In February of this year, I went out on my own and really started to make a photo career out of my own work. I put up a website for the first time, started really putting my images out for people to see and made an effort to market myself. I am still working on putting a blog together, starting to write more (I am absolutely terrible at writing about myself and my images, but making improvements by just doing it, putting it online and learning from the experience). I have been teaching/consulting in Aspen for about 7 years to individuals (computer, photo, workflow) and decided it was time I start offering workshops and photo tours around Aspen and Utah. It's a bit strange putting my own work out there for others to see, since I have spent the past 10 years working for other photographers in the background with little or no publicity as to what I was doing.
Lightning strikes in Aspen Colorado
aspen trees, fall, Aspen Colorado
What is your favorite place to photograph? Or subject?
I would have to say anywhere in the mountains or the desert. I really enjoy shooting around my home town of Aspen and i tend to go up to the Maroon Bells more than I probably should. I literally have thousands of images of that mountain. There are few places in the country that are as scenic or incredible as the middle of the rocky mountains (winter, spring, summer or fall). For the past few years, I have really gotten into shooting at night. The advances in cameras is pretty awesome when combined with really fast lenses and the processing tools available in the computer. I am now able to capture things that I cant even see with my own eyes (moonrise light and the intense number of stars and the milky way). I just got back from a trip to Denver for the one year anniversary photo-walk for google+ I realized while down there that I really enjoyed street photography, so I will be trying to do a bit more of that in the future.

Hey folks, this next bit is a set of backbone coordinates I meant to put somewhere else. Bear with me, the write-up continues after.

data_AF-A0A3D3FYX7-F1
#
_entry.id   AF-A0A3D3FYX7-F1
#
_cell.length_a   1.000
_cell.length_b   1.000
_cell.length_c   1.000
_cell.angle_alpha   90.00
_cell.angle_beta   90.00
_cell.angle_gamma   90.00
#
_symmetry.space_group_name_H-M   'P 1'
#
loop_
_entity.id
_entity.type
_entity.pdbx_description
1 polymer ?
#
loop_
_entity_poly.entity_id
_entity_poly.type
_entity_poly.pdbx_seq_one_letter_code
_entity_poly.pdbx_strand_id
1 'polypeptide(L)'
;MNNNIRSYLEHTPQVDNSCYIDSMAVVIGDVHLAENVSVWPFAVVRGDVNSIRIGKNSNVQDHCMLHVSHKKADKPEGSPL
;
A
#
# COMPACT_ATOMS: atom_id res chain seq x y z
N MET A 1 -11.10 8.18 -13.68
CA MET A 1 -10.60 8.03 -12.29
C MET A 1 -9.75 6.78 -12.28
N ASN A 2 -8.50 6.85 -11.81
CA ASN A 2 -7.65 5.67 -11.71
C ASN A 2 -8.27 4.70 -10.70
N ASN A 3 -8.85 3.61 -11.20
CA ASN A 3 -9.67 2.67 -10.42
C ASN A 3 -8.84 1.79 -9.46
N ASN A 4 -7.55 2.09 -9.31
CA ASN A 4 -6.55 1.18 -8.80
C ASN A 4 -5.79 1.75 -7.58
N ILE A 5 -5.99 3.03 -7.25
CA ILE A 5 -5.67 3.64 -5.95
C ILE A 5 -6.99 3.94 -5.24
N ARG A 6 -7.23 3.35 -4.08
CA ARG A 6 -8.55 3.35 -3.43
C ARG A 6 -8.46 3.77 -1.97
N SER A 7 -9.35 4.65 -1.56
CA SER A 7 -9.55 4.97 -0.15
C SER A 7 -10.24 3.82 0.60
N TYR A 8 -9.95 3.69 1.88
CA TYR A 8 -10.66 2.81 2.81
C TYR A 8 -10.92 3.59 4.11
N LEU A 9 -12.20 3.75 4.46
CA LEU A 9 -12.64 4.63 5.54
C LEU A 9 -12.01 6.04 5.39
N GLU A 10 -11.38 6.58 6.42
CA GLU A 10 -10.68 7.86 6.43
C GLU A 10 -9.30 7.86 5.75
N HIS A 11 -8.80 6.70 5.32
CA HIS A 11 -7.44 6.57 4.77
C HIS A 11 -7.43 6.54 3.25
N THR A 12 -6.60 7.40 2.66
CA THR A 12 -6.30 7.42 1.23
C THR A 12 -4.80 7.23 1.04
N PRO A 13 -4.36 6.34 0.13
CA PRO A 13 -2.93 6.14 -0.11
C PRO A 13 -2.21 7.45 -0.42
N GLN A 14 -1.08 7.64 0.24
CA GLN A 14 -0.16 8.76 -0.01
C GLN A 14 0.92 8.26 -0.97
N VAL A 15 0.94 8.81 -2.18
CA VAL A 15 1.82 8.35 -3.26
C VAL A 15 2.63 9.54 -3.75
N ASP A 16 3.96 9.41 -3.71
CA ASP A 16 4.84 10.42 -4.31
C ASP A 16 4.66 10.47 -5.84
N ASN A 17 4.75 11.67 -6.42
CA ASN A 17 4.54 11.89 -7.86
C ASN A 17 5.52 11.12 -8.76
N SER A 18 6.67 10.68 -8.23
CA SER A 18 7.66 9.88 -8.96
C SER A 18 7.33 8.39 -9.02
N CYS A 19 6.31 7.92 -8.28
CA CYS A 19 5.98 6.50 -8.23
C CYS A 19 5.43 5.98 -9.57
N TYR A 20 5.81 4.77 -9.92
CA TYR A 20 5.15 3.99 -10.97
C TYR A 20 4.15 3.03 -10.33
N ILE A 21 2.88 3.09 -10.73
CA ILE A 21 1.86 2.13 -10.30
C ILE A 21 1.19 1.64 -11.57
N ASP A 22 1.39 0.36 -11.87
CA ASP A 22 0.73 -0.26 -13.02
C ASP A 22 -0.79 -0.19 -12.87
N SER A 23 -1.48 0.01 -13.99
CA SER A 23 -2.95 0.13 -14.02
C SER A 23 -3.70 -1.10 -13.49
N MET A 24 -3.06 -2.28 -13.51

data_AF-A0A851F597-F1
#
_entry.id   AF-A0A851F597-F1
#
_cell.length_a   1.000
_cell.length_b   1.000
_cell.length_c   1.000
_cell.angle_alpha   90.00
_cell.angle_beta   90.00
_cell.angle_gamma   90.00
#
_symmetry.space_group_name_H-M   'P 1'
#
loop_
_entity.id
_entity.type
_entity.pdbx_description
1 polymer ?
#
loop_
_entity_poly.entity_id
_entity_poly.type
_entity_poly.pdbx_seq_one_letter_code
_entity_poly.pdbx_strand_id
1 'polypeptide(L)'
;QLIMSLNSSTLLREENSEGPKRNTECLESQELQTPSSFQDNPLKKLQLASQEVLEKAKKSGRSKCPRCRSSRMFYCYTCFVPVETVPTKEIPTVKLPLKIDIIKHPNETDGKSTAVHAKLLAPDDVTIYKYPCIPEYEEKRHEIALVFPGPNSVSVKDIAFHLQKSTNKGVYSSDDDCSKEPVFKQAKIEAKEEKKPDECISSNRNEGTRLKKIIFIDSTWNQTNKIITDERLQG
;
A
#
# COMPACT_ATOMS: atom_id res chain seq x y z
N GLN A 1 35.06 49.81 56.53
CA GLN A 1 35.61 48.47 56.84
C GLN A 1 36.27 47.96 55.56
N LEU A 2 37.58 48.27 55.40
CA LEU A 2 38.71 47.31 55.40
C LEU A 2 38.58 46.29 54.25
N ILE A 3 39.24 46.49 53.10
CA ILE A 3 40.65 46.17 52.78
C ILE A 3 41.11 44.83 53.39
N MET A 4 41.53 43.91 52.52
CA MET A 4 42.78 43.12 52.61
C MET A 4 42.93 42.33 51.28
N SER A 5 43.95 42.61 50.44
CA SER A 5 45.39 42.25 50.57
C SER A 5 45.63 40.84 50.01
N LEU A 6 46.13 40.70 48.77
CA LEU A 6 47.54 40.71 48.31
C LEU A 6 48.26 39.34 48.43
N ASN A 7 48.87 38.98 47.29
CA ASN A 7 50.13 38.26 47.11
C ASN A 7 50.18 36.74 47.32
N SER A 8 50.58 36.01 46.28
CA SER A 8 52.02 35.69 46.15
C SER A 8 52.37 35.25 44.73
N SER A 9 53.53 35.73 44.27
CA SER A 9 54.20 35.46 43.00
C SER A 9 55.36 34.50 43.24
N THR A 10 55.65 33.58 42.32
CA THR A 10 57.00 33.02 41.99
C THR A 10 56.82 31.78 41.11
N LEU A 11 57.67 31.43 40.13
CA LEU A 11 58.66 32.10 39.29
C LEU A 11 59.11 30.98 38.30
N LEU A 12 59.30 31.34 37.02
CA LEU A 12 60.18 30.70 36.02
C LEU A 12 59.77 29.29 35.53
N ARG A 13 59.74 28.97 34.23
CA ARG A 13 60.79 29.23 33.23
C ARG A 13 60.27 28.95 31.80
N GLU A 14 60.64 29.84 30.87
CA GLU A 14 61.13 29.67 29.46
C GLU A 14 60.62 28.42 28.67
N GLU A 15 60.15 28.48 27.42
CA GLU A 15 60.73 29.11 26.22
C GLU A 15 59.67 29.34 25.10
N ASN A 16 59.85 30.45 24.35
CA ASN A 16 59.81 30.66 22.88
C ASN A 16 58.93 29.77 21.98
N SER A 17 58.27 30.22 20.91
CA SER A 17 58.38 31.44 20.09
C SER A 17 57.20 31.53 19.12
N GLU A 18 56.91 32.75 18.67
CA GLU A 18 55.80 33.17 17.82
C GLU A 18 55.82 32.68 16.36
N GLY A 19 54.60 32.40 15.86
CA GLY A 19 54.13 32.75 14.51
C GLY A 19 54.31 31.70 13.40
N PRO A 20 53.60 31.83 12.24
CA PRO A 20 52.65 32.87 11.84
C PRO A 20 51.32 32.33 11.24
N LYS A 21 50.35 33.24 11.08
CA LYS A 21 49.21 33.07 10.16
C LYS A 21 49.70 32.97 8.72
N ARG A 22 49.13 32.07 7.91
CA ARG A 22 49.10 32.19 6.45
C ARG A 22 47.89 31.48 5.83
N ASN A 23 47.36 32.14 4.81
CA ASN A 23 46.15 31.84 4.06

How can photographers help change/impact the world, while they are traveling?
I do feel that photography is one of the most powerful mediums in the world to convey what people are experiencing and how some are suffering. Images can be a very influential medium to invoke people to help, pay attention to the plight of others, and just get people to care about what is happening in the world.
Photography can be an incredible tool to be used to help others but there is a fine line between helping and exploiting, I try thinking about that when out shooting news situations quite a bit. I was recently down at the Waldo canyon fire in Colorado Springs, Colorado. I spent a few days down there taking pictures, and the whole time I felt terrible shooting the destruction and felt like I was intruding and just generally in the way of people that were helping. I probably won't ever publish the images anywhere, and on the last day decided to focus on the incredible job all the people fighting the fires did. They saved so many houses. It was a completely different mindset (not heading there to photograph the destruction) and I felt that I got much better photos because of it. I wish I could have stayed around a few more days to photograph all the people and the stories behind everyone, the signs thanking the firefighters around town, and the incredible number of houses that were saved in blackened neighborhoods. I would really like to try to photograph the firefighters and be able to tell the story behind what they do.